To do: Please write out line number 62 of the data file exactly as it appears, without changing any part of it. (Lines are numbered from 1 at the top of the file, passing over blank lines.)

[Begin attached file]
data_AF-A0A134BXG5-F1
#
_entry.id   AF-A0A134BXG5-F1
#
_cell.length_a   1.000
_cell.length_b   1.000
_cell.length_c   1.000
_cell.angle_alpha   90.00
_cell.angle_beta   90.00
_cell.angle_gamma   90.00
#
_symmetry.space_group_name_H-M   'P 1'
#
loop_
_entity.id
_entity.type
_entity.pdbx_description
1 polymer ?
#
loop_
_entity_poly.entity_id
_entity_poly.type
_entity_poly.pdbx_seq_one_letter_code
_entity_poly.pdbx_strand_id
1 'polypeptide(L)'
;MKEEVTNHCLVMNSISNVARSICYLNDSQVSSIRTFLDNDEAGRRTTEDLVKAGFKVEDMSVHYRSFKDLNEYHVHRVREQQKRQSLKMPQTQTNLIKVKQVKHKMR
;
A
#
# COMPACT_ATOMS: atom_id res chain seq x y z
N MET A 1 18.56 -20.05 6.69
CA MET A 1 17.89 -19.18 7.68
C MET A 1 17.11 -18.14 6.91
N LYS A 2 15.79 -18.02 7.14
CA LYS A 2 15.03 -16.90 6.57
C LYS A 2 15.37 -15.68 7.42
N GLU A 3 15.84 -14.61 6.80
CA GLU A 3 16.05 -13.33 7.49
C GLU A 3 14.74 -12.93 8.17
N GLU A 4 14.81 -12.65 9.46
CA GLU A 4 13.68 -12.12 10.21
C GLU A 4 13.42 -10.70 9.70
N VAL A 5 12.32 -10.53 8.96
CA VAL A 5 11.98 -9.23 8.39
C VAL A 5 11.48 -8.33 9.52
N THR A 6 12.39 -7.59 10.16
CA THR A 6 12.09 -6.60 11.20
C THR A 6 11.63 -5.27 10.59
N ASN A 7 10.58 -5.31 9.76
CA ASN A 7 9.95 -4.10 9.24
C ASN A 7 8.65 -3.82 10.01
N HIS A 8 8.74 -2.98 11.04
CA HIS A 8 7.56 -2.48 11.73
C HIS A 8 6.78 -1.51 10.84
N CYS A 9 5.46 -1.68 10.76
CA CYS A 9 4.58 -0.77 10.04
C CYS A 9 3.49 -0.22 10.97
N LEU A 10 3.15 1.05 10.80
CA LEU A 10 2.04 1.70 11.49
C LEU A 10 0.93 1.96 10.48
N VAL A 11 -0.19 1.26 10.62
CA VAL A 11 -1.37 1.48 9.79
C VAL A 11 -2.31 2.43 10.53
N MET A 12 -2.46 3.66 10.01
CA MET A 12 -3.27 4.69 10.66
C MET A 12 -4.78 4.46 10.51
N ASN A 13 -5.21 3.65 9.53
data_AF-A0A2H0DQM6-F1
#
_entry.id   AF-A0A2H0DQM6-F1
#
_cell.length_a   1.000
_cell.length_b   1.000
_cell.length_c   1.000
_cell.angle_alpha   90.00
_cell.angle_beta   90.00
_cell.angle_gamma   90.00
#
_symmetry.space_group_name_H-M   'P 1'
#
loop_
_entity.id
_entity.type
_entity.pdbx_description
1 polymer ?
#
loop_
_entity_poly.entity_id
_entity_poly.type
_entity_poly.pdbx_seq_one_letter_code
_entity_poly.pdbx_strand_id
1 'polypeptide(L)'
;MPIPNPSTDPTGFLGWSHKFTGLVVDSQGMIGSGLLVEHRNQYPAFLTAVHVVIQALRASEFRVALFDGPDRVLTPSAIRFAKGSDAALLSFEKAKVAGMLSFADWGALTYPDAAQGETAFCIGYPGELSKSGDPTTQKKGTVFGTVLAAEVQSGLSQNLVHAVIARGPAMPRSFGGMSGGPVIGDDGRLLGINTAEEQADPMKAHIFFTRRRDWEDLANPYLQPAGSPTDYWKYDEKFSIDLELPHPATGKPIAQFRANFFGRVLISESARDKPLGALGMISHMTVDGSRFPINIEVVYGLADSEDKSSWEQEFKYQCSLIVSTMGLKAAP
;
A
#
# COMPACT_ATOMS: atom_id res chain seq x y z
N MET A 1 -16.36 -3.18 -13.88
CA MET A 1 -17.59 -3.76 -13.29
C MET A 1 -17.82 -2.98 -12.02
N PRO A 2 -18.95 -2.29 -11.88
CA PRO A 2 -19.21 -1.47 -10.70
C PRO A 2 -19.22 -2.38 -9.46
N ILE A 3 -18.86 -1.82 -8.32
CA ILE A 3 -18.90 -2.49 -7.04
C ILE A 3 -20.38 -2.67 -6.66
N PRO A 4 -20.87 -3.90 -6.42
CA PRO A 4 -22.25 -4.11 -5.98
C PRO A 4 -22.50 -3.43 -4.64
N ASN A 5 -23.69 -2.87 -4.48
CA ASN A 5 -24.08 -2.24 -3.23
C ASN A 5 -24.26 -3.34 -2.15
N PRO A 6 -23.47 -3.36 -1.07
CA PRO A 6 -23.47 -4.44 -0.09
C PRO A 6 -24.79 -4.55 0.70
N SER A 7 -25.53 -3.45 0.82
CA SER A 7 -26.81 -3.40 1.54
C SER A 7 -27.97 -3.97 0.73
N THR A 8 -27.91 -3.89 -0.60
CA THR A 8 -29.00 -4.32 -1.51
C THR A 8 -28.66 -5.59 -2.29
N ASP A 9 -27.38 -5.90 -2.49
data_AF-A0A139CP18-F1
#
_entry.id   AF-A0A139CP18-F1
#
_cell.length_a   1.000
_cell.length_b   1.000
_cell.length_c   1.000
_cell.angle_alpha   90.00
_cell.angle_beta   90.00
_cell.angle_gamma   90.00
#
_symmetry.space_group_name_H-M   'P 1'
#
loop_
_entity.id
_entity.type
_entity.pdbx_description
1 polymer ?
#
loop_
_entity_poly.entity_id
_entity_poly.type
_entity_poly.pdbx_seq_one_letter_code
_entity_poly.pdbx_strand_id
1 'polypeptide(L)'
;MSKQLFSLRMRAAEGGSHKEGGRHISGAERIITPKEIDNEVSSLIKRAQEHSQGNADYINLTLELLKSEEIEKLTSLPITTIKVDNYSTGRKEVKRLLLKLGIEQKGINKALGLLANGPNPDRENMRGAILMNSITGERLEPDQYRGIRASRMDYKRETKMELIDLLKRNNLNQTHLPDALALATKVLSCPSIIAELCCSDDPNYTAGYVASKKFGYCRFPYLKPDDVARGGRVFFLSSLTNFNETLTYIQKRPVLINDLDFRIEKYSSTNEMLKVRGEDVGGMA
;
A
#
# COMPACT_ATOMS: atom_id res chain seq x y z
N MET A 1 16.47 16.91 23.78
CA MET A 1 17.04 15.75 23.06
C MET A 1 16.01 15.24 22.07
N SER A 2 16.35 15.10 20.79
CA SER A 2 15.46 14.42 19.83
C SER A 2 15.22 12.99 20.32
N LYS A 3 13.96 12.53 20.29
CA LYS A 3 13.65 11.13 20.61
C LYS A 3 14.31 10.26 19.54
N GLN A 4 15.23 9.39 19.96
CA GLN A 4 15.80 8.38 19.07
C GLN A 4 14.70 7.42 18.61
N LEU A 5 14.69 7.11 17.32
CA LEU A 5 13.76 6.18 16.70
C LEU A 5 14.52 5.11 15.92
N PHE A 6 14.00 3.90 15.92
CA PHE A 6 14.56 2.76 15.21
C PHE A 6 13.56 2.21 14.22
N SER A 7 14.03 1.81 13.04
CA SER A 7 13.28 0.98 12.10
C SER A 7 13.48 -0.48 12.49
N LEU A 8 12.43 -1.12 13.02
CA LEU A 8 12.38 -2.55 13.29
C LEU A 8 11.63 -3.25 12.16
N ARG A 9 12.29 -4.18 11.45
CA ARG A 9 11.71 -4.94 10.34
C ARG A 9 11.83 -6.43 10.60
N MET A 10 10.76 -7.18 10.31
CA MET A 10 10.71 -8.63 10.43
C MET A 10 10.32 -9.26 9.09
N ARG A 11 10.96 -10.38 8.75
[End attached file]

CA VAL A 11 -1.37 1.48 9.79